It has been said that it takes extraordinary people to dedicate their lives to this extraordinary cat.
This week has seen great news for snow leopards and the snow leopard community. The first ever comprehensive book on the biology, behavior and conservation status of the snow leopard has just been published and I’m proud to be one of the nearly 200 authors.
Snow leopards are the least studied of the big cats because of their shy, elusive behavior, their superb camouflage and the fact they live in remote and extreme high altitude mountains of Central Asia. Many researchers spend years studying them without seeing one in the wild.
“Snow Leopards,” Part of New Series, “Biodiversity of the World Conservation From Genes to Landscapes” was edited by Dr. Tom McCarthy and Dr. David Mallon, recognised snow leopard experts with more than 50 years of collective experience in research and conservation of the species.
“This book is the collective work of a cadre of dedicated and passionate individuals who believe the snow leopard deserves forever to be a living icon of Asia’s high peaks,” said co-editor Dr. McCarthy, Executive Director of the Snow Leopard Program for Panthera. “With nearly 200 authors and 47 chapters, “Snow Leopards” covers a wide range of topics from ecology, threats, conservation success stories, new research tools and technologies and country status reports, concluding with an outlook for the species’ future. I am sure this book will be of interest to everyone from armchair naturalists, students and range-state decision makers, to seasoned snow leopard conservationists.”
“Only in recent years have advances such as satellite telemetry and compact camera traps capable of taking high-quality night shots while surviving extreme low temperatures allowed scientists to begin to unravel the mysteries behind the snow leopard’s life,” said Wildlife Conservation Society (WCS) scientist Dr. Stephane Ostrowski.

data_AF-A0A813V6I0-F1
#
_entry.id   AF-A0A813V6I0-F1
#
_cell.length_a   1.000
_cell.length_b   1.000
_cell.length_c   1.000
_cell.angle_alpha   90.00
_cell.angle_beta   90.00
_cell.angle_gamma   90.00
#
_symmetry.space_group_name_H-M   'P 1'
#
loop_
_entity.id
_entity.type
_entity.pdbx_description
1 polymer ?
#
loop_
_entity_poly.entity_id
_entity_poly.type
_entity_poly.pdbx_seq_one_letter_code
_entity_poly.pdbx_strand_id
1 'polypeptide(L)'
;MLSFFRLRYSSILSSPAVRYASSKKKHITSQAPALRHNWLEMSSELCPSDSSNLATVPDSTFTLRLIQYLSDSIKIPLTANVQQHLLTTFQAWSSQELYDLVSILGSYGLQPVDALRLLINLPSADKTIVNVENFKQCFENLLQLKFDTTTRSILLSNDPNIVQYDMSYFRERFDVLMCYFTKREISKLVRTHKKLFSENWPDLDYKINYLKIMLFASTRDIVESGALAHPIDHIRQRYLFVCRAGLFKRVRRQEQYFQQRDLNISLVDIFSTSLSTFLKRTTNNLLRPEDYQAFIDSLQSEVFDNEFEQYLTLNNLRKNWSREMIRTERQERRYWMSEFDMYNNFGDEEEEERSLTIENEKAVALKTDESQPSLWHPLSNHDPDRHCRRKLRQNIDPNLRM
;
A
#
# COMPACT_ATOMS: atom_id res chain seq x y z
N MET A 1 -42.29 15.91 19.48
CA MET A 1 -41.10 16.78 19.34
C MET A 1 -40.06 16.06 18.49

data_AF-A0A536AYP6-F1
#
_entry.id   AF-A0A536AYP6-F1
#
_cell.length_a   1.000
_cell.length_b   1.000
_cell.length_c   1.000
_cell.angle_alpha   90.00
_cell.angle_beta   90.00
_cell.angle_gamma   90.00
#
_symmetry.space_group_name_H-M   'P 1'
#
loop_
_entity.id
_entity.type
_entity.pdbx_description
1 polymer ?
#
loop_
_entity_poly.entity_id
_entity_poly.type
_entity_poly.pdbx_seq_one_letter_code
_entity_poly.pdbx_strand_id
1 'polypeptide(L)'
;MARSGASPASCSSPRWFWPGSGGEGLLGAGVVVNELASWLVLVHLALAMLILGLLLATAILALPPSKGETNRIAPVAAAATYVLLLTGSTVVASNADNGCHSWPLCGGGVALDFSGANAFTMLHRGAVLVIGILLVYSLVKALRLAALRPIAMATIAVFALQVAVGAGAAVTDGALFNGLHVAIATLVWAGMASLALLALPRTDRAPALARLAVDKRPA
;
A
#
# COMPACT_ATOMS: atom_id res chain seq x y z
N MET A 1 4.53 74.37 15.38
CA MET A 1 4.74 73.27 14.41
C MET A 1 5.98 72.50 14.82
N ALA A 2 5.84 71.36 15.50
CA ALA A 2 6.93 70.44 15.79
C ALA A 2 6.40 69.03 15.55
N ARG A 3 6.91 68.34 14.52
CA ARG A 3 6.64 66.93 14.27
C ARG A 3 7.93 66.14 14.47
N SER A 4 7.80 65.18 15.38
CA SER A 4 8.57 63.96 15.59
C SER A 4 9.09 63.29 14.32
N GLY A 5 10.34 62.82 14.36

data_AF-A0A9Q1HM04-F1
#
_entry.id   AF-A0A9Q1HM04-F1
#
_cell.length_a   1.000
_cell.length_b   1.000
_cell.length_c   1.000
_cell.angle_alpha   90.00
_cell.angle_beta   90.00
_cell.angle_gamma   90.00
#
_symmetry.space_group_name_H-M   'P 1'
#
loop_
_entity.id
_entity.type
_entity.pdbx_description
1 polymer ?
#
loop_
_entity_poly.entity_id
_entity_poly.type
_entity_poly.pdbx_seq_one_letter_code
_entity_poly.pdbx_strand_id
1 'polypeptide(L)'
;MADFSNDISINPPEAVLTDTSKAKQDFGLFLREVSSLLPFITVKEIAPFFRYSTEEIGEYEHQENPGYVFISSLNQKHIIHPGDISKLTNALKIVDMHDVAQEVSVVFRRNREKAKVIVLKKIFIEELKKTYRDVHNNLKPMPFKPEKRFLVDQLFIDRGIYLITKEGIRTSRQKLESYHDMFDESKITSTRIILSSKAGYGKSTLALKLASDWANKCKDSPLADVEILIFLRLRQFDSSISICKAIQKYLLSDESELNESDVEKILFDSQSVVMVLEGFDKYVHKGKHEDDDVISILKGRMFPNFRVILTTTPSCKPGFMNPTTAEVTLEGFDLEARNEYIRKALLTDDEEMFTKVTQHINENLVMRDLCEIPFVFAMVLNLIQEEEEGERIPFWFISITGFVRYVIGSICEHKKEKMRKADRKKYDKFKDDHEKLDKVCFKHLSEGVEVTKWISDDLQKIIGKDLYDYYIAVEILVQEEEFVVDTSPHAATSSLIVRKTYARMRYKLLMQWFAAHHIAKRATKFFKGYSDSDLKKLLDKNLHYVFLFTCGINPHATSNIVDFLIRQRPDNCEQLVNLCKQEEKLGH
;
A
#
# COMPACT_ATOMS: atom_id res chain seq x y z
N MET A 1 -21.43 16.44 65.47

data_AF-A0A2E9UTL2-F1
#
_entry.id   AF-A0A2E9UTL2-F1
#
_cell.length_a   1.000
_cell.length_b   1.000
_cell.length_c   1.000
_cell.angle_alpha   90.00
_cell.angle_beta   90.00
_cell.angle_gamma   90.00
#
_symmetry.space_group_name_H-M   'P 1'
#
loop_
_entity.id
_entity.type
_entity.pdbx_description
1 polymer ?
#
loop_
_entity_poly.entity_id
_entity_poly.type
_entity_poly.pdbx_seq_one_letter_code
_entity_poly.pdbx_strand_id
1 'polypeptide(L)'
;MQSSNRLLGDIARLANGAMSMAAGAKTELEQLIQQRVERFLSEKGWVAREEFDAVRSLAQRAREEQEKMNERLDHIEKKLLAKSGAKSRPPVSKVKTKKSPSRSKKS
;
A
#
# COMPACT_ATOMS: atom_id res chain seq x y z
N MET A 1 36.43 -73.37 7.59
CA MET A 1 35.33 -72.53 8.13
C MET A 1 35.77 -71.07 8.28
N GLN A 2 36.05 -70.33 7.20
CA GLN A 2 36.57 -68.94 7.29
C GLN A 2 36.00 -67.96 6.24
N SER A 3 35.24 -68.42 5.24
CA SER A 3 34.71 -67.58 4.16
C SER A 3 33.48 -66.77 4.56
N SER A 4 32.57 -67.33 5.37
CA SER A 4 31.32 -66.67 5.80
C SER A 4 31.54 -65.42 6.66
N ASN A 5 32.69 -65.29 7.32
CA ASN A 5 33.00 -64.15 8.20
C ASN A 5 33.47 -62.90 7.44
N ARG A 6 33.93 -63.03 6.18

Peter Zahler, Coordinator for the WCS Snow Leopard Program said, “This is an incredibly important book. (It) will serve as the go-to reference work on snow leopards for decades to come.”
Recently snow leopard scientists have found some evidence that suggests the big cats may be more common than previously thought. New estimates focused on areas described as ’Snow Leopard Conservation Units,’ covering only 44 percent of the snow leopard’s extensive range (which extends over roughly 3 million km2 or 1,158,306 square miles) suggests that there may be between 4,678 and 8,745 snow leopards just in these units. This is higher than previous estimates for the entire global population, which had previously been thought to be only between 3,920 and 7,500.
However, although numbers may be higher than previously thought, threats to snow leopards such as habitat encroachment, human conflict, poaching and illegal parts trade are on the increase and the long term future of the species is not assured.
“Snow Leopards” was published by Elsevier, a world-leading provider of scientific, technical and medical information products and services.
Congratulations to Tom McCarthy and David Mallon and the 200 authors who made this seminal and important book possible. With the data and knowledge published here for the first time, researchers, conservationists, NGO’s and government authorities are better poised to collaborate to ensure this beautiful cat’s existence in the wild.
One of the most famed snow leopard researchers and conservationists of all, Dr George Schaller wrote the Foreword. He quotes this beautiful passage –
“I am a true son of Snowy Mountains
Watching over solitude, persisting
Through all temporal stages
Crowded among hardened waves of boulders
I stand guard here.”
From “I, Snow Leopard” by Jidi Majiya.
The book can be purchased here.